Daily Archives: June 20, 2011
The great 20th century Prime Minister, Clement Attlee said that he believed “in the ethics of Christianity but not the mumbo jumbo”. One of the questions for the 21st century is whether the ethics have a sustainable foundation without what Attlee describes as the “mumbo jumbo”.
Professor Wolterstorff of Yale argues in a recent book  Justice Rights and Wrongs that it is not possible. Inalienable and equitable rights were not possible within the accepted moral framework of the ancient world. Full and equal rights in democratic Athens for examples were confined to adult, male, free born citizens. The decision of the Christian ecclesia from the beginning to enrol women, slaves and children in the new Israel was seen as deeply subversive.
This is not to argue for a “Bible-says-it-all-politics” which has been out of fashion since our disastrous flirtation with it 350 years ago. It is simply to recognise that all politics rest on assumptions; myths if you like, properly understood not as fairy tales but as archetypal stories about the human condition. Both our economic activity and our political life must have ground beneath them. Human beings are not just blind globs of idling protoplasm but we are creatures with a name who live in a world of symbols and of dreams and not merely matter.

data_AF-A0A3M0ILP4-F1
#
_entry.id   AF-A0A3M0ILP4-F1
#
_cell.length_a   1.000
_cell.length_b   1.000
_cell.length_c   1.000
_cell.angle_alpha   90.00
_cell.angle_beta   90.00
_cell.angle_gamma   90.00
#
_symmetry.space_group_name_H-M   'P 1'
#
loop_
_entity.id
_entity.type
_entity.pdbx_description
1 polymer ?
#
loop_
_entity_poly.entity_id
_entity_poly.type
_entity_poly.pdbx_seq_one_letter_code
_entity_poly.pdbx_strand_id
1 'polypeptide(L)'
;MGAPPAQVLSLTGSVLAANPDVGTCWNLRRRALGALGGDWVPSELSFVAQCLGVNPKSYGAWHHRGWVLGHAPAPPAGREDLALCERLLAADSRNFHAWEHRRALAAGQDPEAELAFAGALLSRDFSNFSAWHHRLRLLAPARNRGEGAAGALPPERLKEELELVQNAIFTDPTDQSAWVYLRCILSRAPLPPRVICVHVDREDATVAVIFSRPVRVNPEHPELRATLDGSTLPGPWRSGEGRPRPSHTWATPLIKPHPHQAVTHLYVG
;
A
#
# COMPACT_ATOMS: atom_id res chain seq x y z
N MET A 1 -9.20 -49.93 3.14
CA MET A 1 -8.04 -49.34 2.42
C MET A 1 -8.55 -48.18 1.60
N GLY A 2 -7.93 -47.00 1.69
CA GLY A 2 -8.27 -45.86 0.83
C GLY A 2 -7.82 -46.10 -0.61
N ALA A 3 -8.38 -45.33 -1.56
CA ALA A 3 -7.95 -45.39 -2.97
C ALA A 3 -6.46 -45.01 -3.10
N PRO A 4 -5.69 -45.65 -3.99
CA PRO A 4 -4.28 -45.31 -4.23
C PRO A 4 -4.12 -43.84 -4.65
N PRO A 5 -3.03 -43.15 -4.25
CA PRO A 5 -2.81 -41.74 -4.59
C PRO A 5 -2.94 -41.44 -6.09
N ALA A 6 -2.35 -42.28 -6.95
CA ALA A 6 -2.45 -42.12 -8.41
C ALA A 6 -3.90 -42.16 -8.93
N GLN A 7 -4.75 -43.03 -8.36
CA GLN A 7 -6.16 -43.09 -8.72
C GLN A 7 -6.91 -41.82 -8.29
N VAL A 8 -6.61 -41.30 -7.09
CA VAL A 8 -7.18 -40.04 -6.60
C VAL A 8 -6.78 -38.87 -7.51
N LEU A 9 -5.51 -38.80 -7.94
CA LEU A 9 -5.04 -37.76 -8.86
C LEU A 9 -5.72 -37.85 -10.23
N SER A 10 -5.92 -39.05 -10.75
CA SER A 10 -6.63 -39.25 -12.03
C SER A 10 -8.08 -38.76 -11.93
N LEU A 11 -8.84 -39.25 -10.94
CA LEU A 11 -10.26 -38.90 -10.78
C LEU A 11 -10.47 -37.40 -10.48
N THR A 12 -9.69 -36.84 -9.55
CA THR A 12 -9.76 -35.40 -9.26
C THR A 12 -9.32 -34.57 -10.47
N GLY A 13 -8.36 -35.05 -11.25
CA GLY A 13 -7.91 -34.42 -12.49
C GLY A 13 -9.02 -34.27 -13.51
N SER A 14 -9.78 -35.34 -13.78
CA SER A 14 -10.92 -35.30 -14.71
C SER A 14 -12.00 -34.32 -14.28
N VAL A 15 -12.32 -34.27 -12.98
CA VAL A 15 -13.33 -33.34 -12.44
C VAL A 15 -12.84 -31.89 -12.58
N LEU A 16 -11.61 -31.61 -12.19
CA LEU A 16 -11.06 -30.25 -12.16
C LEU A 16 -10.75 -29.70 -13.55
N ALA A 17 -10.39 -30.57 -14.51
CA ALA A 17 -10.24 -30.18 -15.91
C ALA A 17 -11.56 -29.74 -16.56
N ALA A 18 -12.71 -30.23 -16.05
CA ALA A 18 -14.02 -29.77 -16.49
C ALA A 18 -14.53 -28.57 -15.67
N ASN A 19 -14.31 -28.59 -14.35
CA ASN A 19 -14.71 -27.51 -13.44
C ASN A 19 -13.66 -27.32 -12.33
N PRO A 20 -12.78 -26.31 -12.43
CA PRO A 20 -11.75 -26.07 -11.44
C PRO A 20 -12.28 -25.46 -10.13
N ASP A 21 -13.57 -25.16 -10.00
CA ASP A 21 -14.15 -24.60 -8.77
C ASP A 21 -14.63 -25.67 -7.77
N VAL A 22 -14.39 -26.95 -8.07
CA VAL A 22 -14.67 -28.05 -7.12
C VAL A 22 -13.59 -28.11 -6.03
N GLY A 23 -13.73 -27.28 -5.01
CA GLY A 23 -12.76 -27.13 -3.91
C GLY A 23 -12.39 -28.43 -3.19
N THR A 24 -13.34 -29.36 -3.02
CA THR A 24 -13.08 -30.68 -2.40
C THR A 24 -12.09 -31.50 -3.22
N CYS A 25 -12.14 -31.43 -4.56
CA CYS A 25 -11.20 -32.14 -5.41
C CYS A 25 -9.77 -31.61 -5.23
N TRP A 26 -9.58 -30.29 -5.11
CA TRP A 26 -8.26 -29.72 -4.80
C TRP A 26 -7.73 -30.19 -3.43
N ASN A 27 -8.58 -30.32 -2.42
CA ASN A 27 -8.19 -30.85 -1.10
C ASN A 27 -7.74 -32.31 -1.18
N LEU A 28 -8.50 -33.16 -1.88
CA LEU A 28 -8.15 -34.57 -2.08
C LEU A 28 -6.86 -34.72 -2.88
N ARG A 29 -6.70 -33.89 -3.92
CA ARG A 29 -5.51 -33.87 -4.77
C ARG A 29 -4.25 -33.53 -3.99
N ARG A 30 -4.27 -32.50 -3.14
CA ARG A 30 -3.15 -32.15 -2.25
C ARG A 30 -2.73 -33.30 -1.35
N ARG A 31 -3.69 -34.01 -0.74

Charitable giving recovered somewhat last year, according to new estimates by the Giving USA Foundation, but experts are predicting that this year will present more challenges to nonprofit fund-raisers.
Individuals, companies and philanthropic institutions made gifts and pledges totaling an estimated $290.89 billion in 2010, an increase of 2.1 percent on an inflation-adjusted basis over a revised estimate of $284.85 billion the year before.
The increase was the first since 2007, when the recession started and led to the biggest decline in giving in more than 40 years.
Two years into a fitful recovery, unemployed Americans are getting painfully accustomed to the notion that it will take years to bring back the jobs eviscerated by the financial crisis.
In some regions, those years are in danger of turning into a decade. According to a report to be released Monday, nearly 50 metropolitan regions ”” or more than one out of seven ”” are unlikely to bring back all the jobs lost in the recession until after 2020.
Among those areas are Cleveland and Dayton, Ohio; Detroit; Reno, Nev.; and Atlantic City, according to the report commissioned by the United States Conference of Mayors.
Detroit, which lost 323,400 jobs during the recession, and Reno, which lost 36,000 jobs, are not expected to regain all of those positions until after 2021.
Providing aid to those in need, wherever they live, is not about feeling good about ourselves. It is not about pretending we are a global superpower or a moral policeman either, it is about justice. Yes, 0.7% of GDP is more than most other developed nations provide in international aid, but it is still woefully short of what is needed.